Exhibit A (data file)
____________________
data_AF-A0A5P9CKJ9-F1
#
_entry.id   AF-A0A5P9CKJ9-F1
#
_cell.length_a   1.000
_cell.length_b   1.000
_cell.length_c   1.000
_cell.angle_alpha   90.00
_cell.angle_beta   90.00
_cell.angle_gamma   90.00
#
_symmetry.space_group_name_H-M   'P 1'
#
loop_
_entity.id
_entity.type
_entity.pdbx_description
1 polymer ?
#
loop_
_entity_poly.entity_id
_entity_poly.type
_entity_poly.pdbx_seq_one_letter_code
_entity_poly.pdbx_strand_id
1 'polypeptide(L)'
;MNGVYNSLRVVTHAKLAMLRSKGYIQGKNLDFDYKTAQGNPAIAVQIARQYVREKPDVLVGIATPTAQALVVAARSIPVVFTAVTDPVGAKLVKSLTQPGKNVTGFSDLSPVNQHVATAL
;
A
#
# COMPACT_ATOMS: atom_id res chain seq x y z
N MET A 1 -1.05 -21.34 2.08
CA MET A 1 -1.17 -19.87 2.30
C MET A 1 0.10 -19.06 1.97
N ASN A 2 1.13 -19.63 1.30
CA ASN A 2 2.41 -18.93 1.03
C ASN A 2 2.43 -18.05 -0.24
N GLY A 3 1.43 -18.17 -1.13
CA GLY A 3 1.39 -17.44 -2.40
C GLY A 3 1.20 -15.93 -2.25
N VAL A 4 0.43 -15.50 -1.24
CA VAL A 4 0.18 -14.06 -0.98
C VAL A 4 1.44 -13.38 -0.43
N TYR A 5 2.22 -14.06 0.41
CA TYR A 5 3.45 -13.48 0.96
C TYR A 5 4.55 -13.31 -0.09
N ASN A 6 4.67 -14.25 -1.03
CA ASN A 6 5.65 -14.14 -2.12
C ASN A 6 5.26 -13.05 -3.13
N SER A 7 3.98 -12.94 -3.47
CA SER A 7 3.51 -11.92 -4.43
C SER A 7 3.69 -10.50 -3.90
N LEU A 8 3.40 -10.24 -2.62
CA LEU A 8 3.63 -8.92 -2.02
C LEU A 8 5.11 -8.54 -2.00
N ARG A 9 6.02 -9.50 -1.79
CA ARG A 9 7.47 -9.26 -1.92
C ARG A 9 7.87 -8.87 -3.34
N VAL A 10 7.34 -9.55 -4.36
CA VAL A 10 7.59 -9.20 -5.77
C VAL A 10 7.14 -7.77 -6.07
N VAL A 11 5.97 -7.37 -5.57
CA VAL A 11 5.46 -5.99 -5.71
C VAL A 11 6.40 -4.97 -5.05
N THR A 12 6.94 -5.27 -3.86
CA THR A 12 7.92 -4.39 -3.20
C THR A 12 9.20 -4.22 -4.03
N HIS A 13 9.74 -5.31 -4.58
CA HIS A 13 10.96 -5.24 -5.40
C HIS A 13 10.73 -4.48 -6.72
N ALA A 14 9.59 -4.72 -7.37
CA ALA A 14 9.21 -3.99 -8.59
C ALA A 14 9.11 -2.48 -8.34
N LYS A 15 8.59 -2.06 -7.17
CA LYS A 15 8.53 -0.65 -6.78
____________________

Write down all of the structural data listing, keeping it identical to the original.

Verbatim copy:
data_AF-A0A5P9CKJ9-F1
#
_entry.id   AF-A0A5P9CKJ9-F1
#
_cell.length_a   1.000
_cell.length_b   1.000
_cell.length_c   1.000
_cell.angle_alpha   90.00
_cell.angle_beta   90.00
_cell.angle_gamma   90.00
#
_symmetry.space_group_name_H-M   'P 1'
#
loop_
_entity.id
_entity.type
_entity.pdbx_description
1 polymer ?
#
loop_
_entity_poly.entity_id
_entity_poly.type
_entity_poly.pdbx_seq_one_letter_code
_entity_poly.pdbx_strand_id
1 'polypeptide(L)'
;MNGVYNSLRVVTHAKLAMLRSKGYIQGKNLDFDYKTAQGNPAIAVQIARQYVREKPDVLVGIATPTAQALVVAARSIPVVFTAVTDPVGAKLVKSLTQPGKNVTGFSDLSPVNQHVATAL
;
A
#
# COMPACT_ATOMS: atom_id res chain seq x y z
N MET A 1 -1.05 -21.34 2.08
CA MET A 1 -1.17 -19.87 2.30
C MET A 1 0.10 -19.06 1.97
N ASN A 2 1.13 -19.63 1.30
CA ASN A 2 2.41 -18.93 1.03
C ASN A 2 2.43 -18.05 -0.24
N GLY A 3 1.43 -18.17 -1.13
CA GLY A 3 1.39 -17.44 -2.40
C GLY A 3 1.20 -15.93 -2.25
N VAL A 4 0.43 -15.50 -1.24
CA VAL A 4 0.18 -14.06 -0.98
C VAL A 4 1.44 -13.38 -0.43
N TYR A 5 2.22 -14.06 0.41
CA TYR A 5 3.45 -13.48 0.96
C TYR A 5 4.55 -13.31 -0.09
N ASN A 6 4.67 -14.25 -1.03
CA ASN A 6 5.65 -14.14 -2.12
C ASN A 6 5.26 -13.05 -3.13
N SER A 7 3.98 -12.94 -3.47
CA SER A 7 3.51 -11.92 -4.43
C SER A 7 3.69 -10.50 -3.90
N LEU A 8 3.40 -10.24 -2.62
CA LEU A 8 3.63 -8.92 -2.02
C LEU A 8 5.11 -8.54 -2.00
N ARG A 9 6.02 -9.50 -1.79
CA ARG A 9 7.47 -9.26 -1.92
C ARG A 9 7.87 -8.87 -3.34
N VAL A 10 7.34 -9.55 -4.36
CA VAL A 10 7.59 -9.20 -5.77
C VAL A 10 7.14 -7.77 -6.07
N VAL A 11 5.97 -7.37 -5.57
CA VAL A 11 5.46 -5.99 -5.71
C VAL A 11 6.40 -4.97 -5.05
N THR A 12 6.94 -5.27 -3.86
CA THR A 12 7.92 -4.39 -3.20
C THR A 12 9.20 -4.22 -4.03
N HIS A 13 9.74 -5.31 -4.58
CA HIS A 13 10.96 -5.24 -5.40
C HIS A 13 10.73 -4.48 -6.72
N ALA A 14 9.59 -4.72 -7.37
CA ALA A 14 9.21 -3.99 -8.59
C ALA A 14 9.11 -2.48 -8.34
N LYS A 15 8.59 -2.06 -7.17
CA LYS A 15 8.53 -0.65 -6.78